December 3, 2012 1:48 pm | Leave your thoughts
The content of the message read ‘Merry Christmas’, and sparked the birth of SMS (short message service) protocols, which are now used by an estimated 4 billion people world wide.
In a very rare interview with the BBC, Matt Makkonen describes how he initially saw SMS as a useful tool for businesses, rather than a whole new way of communicating: “20yrs ago I didn’t see sms as separate issue – it was just a feature in the revolutionary mobile communications system. Very useful for quick business needs.”
Although he was the original creator of the technology, he has never made a significant amount of money from the invention. Unlike many other modern technological inventions, he was never able to gain a patent. He reflects on this himself by stating that “I don’t think I made a patentable innovation, but was one of the early persons to understand the need and the concept.”
The 20 years landmark, is also set to coincide with the first decline in mobile text message activity. Last year Ofcom reported that there were 39.7 billion messages sent in the UK throughout 2011. However, following two quarterly declines this year, 2012 will struggle to hit 38.5 billion.
The falls have been put down to new forms of communication which have now started to over take SMS. This includes instant messaging over Social Media platforms such as FaceBook and Twitter, with modern smart phones notifying users of incoming messages much in the same way as they handle SMS. There are also several instant messaging platforms now widely used worldwide, such as BBM (Blackberry Messenger), Windows Messenger and Skype. This is mainly down the fact that these services are completely free to use providing the user has access to an internet connection.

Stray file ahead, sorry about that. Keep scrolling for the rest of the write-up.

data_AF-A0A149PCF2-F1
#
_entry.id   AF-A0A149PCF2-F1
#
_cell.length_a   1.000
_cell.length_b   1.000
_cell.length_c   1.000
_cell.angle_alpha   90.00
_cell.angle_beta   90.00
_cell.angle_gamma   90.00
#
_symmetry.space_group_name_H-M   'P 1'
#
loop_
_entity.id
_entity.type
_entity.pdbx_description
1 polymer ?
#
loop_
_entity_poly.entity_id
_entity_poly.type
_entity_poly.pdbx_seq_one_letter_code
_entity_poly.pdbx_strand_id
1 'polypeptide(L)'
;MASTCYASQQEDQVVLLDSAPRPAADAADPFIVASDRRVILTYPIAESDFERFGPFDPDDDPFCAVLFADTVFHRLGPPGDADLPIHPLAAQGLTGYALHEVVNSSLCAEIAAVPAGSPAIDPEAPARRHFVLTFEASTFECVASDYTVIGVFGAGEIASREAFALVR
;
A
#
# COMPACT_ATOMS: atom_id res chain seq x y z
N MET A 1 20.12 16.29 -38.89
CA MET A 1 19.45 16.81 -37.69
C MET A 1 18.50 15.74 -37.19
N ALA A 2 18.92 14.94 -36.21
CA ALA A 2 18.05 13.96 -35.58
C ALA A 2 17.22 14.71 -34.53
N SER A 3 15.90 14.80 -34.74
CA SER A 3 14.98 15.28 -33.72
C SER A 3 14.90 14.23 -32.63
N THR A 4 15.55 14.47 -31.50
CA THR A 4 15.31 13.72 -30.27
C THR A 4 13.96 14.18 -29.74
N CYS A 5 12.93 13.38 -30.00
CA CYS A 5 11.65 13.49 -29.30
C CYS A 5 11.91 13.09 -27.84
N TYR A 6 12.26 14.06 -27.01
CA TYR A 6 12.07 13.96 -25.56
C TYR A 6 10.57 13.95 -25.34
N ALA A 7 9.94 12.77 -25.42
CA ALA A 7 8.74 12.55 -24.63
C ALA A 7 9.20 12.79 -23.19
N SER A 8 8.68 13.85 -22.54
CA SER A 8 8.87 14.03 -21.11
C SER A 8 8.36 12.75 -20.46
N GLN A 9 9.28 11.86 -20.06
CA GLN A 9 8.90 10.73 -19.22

SMS also opened a brand new channel for marketers to promote products, or build relationships with present customers. An SMS message has an average open rate of 70%, regardless of where it was sent from. This is significantly higher than other electronic marketing communications such as email.
What’s the future of SMS?
Well it seems clear that social media is rapidly becoming the number one for instant text communication. Many mobile users, especially teenagers are not subscribed to a mobile messaging bundle, meaning they often pay for each text message they send. That said, there will still be 38 billion text messages sent in 2012 which means the use of SMS isn’t going anywhere yet!